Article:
On the night of August 23-24th 1939, Hitler’s envoy Ribbentrop and soviet Foreign Commissar Molotov signed a “Non-aggression Pact”, (the Ribbentrop-Molotov Pact), in Moscow. The pact was accompanied with a number of other documents, signed by both parties, among them a Secret Protocol providing for a German-Soviet partition of Poland, as well as for Soviet domination in Finland, Latvia, Estonia and Bessarabia.


Following the above agreement, the German forces attacked Poland on September 1, 1939 from the north, west, and southwest. Less than three weeks later, on September 17, as the Polish forces abandoned by their Western allies, were desperately defending their country from technically-superior Wehrmacht, the Red Army invaded Eastern Poland (today called Western Ukraine and Western Belarus). While helping the Nazis do defeat Poland, the Soviets published a declaration according to which they were coming into Poland to "protect" their Ukrainian and Belorussian "brethren" abandoned by the “collapsed” Poland. On September 28, 1939, Soviet and German troops met in the middle of Poland and greeted each other as partners. As a result of German-Soviet aggression, Western Poland was incorporated into the 3d Reich while the USSR annexed most of Eastern Poland transferring Wilna to Lithuania (see the map here).


Meanwhile, a new Polish government was formed in Paris on September 30. 1939 under the leadership of general Wladyslaw Sikorski who took command over all

Polish armed forces including those continuing guerilla warfare in Poland and more than 60 000 emigre Poles armed and ready to fight the Nazis by the side of the Allies.



In occupied Poland both the Nazis and the Soviets established regime of terror, discrimination and ethnic cleansing.


Katyn massacre was only one of many crimes committed against Polish people during World War II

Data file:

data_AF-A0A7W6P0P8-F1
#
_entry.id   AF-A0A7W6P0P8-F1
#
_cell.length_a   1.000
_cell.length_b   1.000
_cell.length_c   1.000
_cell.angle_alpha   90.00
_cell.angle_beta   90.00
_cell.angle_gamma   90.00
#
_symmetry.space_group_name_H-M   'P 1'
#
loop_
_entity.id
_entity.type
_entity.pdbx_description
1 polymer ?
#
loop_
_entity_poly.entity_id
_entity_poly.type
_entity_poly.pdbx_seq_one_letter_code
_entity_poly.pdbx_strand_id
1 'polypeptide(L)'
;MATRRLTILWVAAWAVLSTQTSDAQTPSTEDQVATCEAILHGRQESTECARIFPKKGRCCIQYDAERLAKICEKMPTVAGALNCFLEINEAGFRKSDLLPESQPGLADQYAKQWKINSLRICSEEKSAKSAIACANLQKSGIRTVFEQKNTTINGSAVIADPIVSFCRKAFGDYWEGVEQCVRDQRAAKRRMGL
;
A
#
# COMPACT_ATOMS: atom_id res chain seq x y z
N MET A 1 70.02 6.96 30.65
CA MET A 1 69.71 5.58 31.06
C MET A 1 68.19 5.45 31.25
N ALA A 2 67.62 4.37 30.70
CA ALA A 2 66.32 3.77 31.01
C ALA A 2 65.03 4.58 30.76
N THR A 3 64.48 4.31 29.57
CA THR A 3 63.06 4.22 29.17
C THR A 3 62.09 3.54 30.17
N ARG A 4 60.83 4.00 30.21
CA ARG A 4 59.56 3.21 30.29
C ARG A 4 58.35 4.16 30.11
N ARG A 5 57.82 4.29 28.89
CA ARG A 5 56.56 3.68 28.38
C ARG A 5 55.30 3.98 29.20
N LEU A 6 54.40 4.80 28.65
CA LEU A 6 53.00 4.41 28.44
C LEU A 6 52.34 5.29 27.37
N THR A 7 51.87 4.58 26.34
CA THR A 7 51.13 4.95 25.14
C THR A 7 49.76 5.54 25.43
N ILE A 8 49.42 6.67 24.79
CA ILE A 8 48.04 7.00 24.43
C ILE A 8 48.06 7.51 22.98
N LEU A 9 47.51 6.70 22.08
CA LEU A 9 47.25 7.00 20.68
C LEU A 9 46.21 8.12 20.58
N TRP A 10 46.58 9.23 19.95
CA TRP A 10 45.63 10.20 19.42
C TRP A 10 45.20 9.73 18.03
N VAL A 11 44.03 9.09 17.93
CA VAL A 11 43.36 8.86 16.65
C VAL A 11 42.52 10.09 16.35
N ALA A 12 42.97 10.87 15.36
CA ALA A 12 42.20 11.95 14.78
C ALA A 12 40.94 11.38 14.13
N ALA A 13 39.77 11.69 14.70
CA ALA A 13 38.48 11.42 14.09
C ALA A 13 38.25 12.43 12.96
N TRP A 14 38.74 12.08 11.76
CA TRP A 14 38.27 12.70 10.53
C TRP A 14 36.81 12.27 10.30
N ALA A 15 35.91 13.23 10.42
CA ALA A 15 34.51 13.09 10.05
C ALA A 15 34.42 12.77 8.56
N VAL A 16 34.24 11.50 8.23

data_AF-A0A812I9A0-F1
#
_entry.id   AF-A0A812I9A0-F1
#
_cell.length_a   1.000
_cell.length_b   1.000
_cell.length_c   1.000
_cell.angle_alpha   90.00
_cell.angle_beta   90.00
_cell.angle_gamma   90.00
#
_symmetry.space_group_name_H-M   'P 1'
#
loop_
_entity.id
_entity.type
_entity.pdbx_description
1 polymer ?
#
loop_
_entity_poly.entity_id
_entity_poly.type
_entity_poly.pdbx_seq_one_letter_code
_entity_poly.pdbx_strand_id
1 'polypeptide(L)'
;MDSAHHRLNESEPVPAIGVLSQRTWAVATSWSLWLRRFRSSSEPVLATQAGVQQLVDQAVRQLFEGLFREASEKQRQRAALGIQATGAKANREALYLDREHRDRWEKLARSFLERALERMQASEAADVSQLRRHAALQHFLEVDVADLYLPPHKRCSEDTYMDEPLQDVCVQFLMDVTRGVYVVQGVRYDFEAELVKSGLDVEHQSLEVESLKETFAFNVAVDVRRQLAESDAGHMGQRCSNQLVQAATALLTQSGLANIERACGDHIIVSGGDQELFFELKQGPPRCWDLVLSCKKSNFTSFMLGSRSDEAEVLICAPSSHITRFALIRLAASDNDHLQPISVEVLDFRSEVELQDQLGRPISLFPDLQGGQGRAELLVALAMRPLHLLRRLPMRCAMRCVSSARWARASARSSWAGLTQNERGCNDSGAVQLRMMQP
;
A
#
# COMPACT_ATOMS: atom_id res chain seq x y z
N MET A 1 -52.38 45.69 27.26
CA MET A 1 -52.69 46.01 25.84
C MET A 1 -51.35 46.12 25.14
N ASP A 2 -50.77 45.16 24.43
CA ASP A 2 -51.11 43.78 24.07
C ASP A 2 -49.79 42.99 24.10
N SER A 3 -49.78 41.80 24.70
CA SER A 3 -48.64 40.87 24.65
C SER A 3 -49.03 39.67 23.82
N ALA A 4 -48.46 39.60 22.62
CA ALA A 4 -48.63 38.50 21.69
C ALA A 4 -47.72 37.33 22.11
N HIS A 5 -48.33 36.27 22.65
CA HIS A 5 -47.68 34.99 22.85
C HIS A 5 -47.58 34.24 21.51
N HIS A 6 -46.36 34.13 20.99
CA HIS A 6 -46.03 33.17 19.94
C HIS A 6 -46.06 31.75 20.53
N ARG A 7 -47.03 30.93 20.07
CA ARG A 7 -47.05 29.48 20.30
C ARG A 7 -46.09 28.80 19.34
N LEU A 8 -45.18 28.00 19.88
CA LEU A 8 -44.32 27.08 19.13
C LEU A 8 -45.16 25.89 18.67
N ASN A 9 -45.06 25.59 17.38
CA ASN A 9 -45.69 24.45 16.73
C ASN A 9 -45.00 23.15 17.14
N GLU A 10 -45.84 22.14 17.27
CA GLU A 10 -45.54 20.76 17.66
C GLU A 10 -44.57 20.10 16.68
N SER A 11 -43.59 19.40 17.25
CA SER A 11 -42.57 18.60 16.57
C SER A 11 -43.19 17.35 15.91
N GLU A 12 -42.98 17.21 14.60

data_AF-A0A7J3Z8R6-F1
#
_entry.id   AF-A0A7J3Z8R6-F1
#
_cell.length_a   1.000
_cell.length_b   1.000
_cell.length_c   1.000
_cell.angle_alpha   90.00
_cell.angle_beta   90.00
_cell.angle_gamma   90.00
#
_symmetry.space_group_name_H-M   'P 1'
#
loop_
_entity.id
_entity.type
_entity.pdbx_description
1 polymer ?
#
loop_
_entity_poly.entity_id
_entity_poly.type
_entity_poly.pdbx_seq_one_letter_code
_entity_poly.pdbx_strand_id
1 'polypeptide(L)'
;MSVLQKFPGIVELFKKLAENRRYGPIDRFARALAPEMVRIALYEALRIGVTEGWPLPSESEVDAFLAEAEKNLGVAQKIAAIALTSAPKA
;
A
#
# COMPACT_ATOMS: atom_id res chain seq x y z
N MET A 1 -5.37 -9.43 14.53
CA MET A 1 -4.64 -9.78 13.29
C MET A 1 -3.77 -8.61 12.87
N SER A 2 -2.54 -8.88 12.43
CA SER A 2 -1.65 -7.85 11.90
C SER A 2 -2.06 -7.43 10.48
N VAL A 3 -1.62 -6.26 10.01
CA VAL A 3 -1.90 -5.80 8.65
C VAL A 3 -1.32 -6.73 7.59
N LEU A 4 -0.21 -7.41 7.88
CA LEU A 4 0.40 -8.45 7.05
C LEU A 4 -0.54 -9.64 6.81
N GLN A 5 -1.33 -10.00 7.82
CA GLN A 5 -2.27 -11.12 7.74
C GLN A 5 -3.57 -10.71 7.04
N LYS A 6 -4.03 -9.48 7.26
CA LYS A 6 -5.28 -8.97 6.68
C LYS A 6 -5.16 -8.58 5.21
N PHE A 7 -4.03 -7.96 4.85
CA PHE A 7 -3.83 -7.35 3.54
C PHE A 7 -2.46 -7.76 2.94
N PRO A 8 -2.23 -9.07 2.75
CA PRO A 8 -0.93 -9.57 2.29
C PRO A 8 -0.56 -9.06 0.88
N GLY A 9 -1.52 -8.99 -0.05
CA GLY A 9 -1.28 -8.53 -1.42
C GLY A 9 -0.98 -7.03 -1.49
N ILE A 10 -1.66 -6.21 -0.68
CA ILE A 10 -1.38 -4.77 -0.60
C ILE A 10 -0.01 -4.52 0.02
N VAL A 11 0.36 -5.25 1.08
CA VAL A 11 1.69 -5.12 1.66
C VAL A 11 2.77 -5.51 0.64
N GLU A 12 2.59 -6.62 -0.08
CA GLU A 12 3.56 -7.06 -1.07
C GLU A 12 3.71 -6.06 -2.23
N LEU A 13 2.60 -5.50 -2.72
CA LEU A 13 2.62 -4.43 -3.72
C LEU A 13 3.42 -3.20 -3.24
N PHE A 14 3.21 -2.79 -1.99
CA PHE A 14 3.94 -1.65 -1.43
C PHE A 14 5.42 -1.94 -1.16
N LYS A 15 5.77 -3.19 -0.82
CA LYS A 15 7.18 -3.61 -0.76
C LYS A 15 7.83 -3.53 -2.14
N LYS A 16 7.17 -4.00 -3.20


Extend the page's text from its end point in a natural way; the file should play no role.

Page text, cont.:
Katyn is a forest near Smolensk (Western Russia) where in 1940, Soviet secret police (NKVD) shot and buried more than 4 000 Polish officers  that had been taken prisoners by the Soviets in September, 1939. 


In 1944 the Soviets blamed the Nazis for that exesution. It was in 1989 only, shortly before the total collapse of the USSR, when the kremlin finally admitted that it was the Soviet NKVD who was responsible for the Katyn Massacre.


Basing on Stalin’s personal order of March 1940, more than 25 000 Poles were executed by shooting and hundreds of thousands were placed into concentration camps of Siberia, Central Asia and Sub-Arctic Russia.


Many more Poles were.killed or deported in 1945 after the “liberation” of Eastern Poland” and re-incorporation of what is today Western Ukraine and Belarus into the USSR. (See the map here)





Evidence of the Soviet Crime in Katyn found in 1943








The Road to Katyn: A Soldier's Story
by Salomon W. Slowes, Wladyslaw T. Bartoszewski (Editor)

Blackwell Pub (January 1, 1992)


The Murderers of Katyn
by Vladimir Abarinov

Hippocrene Books (October 1, 1992)


Katyn And The Soviet Massacre Of 1940: Truth, Justice And Memory (Basees/Curzon Series on Russian & East European Studies)
by George Sanford

(August 1, 2005)


In the Shadow of Katyn. Stalin’s Terror
by Stanislaw Swianiewicz

Hippocrene Books (October 1, 1992)











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